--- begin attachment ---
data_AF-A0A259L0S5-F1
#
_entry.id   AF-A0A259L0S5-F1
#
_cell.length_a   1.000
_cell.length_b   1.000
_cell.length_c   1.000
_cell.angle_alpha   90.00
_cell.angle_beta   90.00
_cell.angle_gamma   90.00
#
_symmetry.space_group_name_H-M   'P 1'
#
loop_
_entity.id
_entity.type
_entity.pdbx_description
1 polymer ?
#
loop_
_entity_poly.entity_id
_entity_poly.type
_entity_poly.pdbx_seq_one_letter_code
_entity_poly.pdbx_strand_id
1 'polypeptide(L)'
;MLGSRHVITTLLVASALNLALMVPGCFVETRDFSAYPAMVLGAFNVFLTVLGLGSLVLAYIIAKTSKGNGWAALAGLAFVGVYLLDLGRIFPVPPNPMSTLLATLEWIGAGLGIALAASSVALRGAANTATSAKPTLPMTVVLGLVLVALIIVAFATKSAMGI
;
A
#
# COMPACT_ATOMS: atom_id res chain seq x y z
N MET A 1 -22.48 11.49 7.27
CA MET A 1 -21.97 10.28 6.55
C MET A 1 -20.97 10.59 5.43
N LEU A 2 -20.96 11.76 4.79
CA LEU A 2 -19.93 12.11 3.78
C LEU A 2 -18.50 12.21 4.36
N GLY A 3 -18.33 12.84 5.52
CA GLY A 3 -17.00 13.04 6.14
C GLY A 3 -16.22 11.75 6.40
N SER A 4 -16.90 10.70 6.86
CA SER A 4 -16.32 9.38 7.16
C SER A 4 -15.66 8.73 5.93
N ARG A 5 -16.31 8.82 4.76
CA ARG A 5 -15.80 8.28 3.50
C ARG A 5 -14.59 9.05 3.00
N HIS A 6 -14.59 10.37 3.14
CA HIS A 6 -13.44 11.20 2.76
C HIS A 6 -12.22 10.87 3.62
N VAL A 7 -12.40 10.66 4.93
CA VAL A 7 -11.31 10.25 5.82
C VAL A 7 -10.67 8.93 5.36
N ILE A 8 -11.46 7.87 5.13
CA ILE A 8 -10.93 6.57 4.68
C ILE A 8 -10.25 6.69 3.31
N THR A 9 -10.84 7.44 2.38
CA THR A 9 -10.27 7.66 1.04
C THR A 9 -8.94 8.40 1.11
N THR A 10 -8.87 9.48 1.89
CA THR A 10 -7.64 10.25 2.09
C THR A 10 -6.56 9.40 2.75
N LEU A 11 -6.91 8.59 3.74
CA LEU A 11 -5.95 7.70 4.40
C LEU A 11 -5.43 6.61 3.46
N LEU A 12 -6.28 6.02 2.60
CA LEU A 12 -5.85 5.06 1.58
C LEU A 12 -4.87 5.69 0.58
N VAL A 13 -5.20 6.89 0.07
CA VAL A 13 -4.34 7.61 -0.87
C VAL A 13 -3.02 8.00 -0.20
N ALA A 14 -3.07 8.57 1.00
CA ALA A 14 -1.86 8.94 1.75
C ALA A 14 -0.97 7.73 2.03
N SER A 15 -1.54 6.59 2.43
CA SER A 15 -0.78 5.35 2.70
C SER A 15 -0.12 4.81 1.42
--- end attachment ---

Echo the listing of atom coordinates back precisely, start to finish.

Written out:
data_AF-A0A259L0S5-F1
#
_entry.id   AF-A0A259L0S5-F1
#
_cell.length_a   1.000
_cell.length_b   1.000
_cell.length_c   1.000
_cell.angle_alpha   90.00
_cell.angle_beta   90.00
_cell.angle_gamma   90.00
#
_symmetry.space_group_name_H-M   'P 1'
#
loop_
_entity.id
_entity.type
_entity.pdbx_description
1 polymer ?
#
loop_
_entity_poly.entity_id
_entity_poly.type
_entity_poly.pdbx_seq_one_letter_code
_entity_poly.pdbx_strand_id
1 'polypeptide(L)'
;MLGSRHVITTLLVASALNLALMVPGCFVETRDFSAYPAMVLGAFNVFLTVLGLGSLVLAYIIAKTSKGNGWAALAGLAFVGVYLLDLGRIFPVPPNPMSTLLATLEWIGAGLGIALAASSVALRGAANTATSAKPTLPMTVVLGLVLVALIIVAFATKSAMGI
;
A
#
# COMPACT_ATOMS: atom_id res chain seq x y z
N MET A 1 -22.48 11.49 7.27
CA MET A 1 -21.97 10.28 6.55
C MET A 1 -20.97 10.59 5.43
N LEU A 2 -20.96 11.76 4.79
CA LEU A 2 -19.93 12.11 3.78
C LEU A 2 -18.50 12.21 4.36
N GLY A 3 -18.33 12.84 5.52
CA GLY A 3 -17.00 13.04 6.14
C GLY A 3 -16.22 11.75 6.40
N SER A 4 -16.90 10.70 6.86
CA SER A 4 -16.32 9.38 7.16
C SER A 4 -15.66 8.73 5.93
N ARG A 5 -16.31 8.82 4.76
CA ARG A 5 -15.80 8.28 3.50
C ARG A 5 -14.59 9.05 3.00
N HIS A 6 -14.59 10.37 3.14
CA HIS A 6 -13.44 11.20 2.76
C HIS A 6 -12.22 10.87 3.62
N VAL A 7 -12.40 10.66 4.93
CA VAL A 7 -11.31 10.25 5.82
C VAL A 7 -10.67 8.93 5.36
N ILE A 8 -11.46 7.87 5.13
CA ILE A 8 -10.93 6.57 4.68
C ILE A 8 -10.25 6.69 3.31
N THR A 9 -10.84 7.44 2.38
CA THR A 9 -10.27 7.66 1.04
C THR A 9 -8.94 8.40 1.11
N THR A 10 -8.87 9.48 1.89
CA THR A 10 -7.64 10.25 2.09
C THR A 10 -6.56 9.40 2.75
N LEU A 11 -6.91 8.59 3.74
CA LEU A 11 -5.95 7.70 4.40
C LEU A 11 -5.43 6.61 3.46
N LEU A 12 -6.28 6.02 2.60
CA LEU A 12 -5.85 5.06 1.58
C LEU A 12 -4.87 5.69 0.58
N VAL A 13 -5.20 6.89 0.07
CA VAL A 13 -4.34 7.61 -0.87
C VAL A 13 -3.02 8.00 -0.20
N ALA A 14 -3.07 8.57 1.00
CA ALA A 14 -1.86 8.94 1.75
C ALA A 14 -0.97 7.73 2.03
N SER A 15 -1.54 6.59 2.43
CA SER A 15 -0.78 5.35 2.70
C SER A 15 -0.12 4.81 1.42